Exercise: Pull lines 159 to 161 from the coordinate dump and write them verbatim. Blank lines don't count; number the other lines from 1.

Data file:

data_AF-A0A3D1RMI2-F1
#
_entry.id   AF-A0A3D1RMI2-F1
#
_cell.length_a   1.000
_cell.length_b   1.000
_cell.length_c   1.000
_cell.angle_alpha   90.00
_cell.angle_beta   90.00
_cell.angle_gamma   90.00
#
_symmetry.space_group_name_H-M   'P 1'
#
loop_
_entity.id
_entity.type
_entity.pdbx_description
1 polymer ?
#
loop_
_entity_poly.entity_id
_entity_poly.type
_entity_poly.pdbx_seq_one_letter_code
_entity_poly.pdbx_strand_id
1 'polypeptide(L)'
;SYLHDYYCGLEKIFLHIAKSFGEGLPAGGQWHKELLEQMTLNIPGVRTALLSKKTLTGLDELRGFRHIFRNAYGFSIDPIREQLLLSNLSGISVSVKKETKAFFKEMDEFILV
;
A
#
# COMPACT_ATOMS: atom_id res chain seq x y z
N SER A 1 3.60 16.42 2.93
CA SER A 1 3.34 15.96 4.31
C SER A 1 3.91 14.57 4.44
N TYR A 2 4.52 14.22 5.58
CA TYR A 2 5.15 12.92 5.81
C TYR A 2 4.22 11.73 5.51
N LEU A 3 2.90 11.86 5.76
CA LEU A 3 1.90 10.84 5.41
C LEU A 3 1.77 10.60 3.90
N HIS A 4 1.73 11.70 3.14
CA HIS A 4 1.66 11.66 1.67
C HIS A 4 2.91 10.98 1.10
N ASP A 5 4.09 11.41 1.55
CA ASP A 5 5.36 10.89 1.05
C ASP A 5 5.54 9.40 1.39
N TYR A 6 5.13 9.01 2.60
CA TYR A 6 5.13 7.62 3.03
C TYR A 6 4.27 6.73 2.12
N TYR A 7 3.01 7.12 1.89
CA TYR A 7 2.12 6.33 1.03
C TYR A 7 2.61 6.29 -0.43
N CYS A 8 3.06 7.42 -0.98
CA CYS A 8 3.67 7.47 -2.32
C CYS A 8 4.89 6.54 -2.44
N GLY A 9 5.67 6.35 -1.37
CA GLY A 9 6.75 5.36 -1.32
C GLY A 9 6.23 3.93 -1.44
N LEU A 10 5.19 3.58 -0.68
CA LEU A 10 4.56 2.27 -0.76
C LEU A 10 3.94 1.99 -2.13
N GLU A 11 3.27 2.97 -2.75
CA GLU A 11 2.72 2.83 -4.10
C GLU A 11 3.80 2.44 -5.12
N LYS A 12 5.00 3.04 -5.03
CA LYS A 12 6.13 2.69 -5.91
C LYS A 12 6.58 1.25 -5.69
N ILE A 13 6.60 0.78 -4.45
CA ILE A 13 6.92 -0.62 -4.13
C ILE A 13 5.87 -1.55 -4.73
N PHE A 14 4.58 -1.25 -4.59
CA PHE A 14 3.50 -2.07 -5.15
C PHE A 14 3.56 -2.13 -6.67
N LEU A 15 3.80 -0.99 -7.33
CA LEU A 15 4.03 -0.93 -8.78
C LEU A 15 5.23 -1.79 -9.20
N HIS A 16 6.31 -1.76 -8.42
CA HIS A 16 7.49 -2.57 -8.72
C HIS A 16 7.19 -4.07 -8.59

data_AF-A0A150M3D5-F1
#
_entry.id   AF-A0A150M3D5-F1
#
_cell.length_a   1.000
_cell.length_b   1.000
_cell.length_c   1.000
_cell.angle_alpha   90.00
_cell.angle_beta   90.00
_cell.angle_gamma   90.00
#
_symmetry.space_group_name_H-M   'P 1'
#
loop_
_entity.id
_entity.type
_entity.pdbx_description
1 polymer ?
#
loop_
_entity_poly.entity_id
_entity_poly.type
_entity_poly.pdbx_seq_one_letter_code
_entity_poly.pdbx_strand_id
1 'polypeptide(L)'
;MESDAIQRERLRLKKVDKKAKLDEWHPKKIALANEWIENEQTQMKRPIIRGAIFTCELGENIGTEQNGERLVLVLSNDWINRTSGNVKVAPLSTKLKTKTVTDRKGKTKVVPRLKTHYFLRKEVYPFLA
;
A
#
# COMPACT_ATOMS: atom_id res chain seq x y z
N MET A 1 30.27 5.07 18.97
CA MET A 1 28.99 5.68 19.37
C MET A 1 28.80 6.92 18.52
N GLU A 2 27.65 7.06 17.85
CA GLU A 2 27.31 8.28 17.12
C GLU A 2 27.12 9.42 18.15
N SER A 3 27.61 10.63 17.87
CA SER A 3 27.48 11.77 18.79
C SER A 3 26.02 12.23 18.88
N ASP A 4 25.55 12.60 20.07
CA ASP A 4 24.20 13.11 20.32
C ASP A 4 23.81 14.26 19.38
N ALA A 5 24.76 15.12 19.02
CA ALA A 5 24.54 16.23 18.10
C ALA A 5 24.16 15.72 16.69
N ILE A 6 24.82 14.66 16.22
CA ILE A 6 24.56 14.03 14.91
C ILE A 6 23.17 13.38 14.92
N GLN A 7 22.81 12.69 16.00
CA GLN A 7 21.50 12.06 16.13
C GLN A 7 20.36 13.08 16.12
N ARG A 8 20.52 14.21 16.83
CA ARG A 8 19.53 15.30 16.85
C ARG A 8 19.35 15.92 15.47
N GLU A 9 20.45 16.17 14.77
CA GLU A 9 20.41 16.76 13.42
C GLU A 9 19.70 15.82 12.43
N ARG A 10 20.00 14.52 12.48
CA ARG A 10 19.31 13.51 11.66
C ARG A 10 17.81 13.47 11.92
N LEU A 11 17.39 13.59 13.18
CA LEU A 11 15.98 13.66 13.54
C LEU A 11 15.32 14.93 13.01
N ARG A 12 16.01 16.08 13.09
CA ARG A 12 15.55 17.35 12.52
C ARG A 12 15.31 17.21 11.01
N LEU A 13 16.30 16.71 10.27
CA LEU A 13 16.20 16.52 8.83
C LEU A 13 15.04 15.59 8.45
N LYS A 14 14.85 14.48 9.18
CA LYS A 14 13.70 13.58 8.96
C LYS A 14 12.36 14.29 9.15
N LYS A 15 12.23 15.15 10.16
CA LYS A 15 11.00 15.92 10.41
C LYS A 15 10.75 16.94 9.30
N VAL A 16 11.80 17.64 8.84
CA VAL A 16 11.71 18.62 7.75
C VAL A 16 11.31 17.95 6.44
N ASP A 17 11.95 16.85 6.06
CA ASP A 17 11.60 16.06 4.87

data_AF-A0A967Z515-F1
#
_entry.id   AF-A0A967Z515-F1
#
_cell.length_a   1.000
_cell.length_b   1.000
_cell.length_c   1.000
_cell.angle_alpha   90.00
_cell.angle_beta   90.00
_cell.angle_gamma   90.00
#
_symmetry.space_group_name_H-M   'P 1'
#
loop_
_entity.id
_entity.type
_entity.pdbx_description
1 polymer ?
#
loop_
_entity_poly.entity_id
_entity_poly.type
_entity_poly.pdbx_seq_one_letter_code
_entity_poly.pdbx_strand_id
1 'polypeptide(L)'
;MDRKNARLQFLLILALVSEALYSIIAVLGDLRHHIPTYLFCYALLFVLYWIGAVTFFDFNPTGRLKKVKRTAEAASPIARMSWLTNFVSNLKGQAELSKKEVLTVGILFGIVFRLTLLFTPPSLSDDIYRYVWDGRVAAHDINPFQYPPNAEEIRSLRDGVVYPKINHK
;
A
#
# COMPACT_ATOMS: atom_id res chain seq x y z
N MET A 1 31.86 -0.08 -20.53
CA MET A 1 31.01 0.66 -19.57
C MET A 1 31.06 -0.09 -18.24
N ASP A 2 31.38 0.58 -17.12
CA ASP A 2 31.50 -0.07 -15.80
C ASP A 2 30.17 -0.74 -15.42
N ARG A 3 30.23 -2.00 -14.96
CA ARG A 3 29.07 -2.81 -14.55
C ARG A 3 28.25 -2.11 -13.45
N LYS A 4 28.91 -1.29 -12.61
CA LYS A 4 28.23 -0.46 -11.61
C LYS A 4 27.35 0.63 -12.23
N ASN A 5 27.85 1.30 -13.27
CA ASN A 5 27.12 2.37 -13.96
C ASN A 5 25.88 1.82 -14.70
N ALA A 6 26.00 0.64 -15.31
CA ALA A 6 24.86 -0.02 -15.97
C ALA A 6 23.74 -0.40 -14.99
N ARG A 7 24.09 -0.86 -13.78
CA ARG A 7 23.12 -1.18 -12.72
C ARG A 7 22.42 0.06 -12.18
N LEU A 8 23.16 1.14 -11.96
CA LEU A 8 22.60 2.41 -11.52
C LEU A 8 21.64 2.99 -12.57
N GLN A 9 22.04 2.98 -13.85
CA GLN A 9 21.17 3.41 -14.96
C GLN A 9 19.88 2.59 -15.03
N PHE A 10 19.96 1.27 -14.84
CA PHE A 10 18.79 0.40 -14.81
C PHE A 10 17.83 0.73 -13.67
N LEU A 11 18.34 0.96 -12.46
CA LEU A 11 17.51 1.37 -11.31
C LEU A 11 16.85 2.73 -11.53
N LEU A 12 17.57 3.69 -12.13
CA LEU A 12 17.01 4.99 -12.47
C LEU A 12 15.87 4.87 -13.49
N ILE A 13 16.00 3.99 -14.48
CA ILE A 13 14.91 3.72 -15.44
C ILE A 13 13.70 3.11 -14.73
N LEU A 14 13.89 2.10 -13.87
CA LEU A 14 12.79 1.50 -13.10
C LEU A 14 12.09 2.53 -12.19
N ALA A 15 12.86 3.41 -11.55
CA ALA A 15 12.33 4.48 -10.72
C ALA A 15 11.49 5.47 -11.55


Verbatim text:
data_AF-A0A967Z515-F1
#
_entry.id   AF-A0A967Z515-F1